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Special Coverage: Drought

Water began flowing Tuesday into the Silver Lake Reservoir, two years after the scenic urban pond was drained and a month earlier than expected thanks to drought-busting storms.
Despite winter storms that have turned much of California’s parched landscape to vibrant green, the drought has yet to loosen its grip on thousands of residents in the valley.
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Higher rates are needed because water use dropped 27 percent in recent years due to conservation.
It’s official: After one of the wettest winters on record, California’s historic drought is, well, history.
The Sonoma County Water Agency says it needs to charge more because its revenues dropped along with consumption during the drought years.
Bans against hosing down driveways and sidewalks, irrigating landscaping within 48 hours of rainfall and other water-waste prohibitions will remain in effect.
Gov. Brown declared an end to California's historic drought Friday but told residents that "conservation must remain a way of life."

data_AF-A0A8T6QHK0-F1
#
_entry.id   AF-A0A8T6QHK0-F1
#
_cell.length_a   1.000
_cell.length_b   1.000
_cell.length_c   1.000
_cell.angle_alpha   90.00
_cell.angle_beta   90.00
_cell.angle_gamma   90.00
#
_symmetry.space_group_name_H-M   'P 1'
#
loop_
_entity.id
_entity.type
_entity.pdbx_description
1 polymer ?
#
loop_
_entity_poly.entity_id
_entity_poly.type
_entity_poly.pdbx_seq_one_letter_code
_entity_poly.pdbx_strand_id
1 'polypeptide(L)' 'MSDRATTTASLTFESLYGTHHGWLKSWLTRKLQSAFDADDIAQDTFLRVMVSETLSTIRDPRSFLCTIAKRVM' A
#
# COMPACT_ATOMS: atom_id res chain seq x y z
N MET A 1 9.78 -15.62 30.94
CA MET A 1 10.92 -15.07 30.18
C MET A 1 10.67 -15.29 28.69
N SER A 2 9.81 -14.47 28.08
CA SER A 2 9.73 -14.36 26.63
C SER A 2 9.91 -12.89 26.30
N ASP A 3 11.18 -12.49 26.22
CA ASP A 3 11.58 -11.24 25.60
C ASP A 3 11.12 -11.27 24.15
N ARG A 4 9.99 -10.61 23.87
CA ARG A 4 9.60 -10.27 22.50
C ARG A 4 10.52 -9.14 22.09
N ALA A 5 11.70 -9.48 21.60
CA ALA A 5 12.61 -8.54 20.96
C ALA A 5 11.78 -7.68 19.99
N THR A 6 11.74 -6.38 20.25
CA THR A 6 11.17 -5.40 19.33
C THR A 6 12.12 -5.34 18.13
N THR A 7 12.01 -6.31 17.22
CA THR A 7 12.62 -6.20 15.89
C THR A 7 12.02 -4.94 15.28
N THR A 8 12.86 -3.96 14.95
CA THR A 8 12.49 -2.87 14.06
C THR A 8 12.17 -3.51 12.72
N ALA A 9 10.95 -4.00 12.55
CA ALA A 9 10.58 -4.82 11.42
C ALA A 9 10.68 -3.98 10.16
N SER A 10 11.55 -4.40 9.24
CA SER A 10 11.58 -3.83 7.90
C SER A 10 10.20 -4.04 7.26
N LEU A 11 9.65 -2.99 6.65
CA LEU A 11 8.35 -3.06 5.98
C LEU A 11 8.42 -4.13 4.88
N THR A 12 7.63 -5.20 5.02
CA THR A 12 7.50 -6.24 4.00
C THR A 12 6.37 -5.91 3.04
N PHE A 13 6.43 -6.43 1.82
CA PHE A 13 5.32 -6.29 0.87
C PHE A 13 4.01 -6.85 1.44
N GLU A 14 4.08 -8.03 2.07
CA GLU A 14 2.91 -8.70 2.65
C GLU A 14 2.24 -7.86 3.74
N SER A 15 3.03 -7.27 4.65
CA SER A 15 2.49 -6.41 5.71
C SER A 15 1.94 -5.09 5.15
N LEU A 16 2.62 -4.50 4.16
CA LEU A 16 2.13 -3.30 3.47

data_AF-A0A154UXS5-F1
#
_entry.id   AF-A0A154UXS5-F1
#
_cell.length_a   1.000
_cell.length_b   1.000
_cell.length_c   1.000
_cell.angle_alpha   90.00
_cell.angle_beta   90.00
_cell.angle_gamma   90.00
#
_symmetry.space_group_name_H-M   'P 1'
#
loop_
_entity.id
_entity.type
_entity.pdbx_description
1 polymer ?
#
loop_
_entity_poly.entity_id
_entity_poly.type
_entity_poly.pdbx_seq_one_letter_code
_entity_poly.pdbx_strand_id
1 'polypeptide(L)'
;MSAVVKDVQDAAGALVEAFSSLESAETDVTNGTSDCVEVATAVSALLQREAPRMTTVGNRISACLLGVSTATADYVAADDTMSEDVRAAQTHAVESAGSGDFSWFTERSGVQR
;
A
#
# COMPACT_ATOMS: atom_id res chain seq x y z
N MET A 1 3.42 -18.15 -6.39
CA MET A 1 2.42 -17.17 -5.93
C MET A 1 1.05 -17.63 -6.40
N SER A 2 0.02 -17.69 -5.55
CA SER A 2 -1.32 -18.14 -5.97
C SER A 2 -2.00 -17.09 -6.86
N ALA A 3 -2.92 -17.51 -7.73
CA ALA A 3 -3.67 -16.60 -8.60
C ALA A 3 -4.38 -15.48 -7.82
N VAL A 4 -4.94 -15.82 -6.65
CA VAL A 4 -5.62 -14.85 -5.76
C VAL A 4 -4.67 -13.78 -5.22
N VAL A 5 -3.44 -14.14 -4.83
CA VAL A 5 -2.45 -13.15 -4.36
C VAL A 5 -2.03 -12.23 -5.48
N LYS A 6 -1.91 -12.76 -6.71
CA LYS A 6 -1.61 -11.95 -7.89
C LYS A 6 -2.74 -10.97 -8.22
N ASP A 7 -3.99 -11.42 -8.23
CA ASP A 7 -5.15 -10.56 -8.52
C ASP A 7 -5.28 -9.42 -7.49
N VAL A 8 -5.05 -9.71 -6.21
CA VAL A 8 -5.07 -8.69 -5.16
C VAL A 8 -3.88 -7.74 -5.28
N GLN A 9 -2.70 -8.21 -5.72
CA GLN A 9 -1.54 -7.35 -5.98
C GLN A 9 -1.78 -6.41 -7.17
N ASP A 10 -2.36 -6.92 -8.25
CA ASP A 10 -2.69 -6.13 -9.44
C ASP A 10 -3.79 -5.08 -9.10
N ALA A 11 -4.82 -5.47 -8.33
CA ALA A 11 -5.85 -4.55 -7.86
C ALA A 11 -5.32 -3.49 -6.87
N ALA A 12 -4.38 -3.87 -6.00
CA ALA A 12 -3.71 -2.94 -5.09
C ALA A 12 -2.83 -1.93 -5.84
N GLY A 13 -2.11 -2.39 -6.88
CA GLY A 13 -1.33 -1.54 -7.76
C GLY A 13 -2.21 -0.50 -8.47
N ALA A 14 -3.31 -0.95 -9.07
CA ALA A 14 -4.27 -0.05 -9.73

Pacific Fisheries Management Council biologists estimate that about 230,000 chinook salmon are swimming in the ocean water off Northern California. That’s down from 300,000 last year and 652,000 in 2015.
As big wet snowflakes fell high in California's mountains on Thursday, surveyors on snowshoes measured the state's deepest springtime snowdrifts in years.
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Experts predict tree companies will have plenty of work for the next few years due to stress that trees suffered during the drought.
Once it stops raining, North Coast allergy sufferers may find themselves longing for last year’s drought.
This rainy season, people who know that I’m a hydrologist increasingly press me: “So, have you had enough of this rain yet?”
Years of drought and unfavorably warm ocean conditions have reduced the size of the state’s salmon fishery to its smallest level since 2009.
The Sierra Nevada snowpack is close to setting records notched more than three decades ago — a welcome sight after five years of punishing drought in California, surveyors said Wednesday.
After suffering through five consecutive years of drought, hydrologists say the alpine lake atop the Sierra now has enough water to fill downstream reservoirs and meet the Reno-area's needs for at least two years.
Spring has sprung in Sonoma County, and it's blooming in full color — yellow, to be exact.
The contrast from just two years ago is stark: Once-dry boat ramps are submerged, the rings around reservoirs gone. The North Bay has moved from drought to a landscape with water to spare.
Water regulators in California on Wednesday extended what are now largely symbolic conservation measures lingering from the drought after the state has seen one of the wettest winters in years.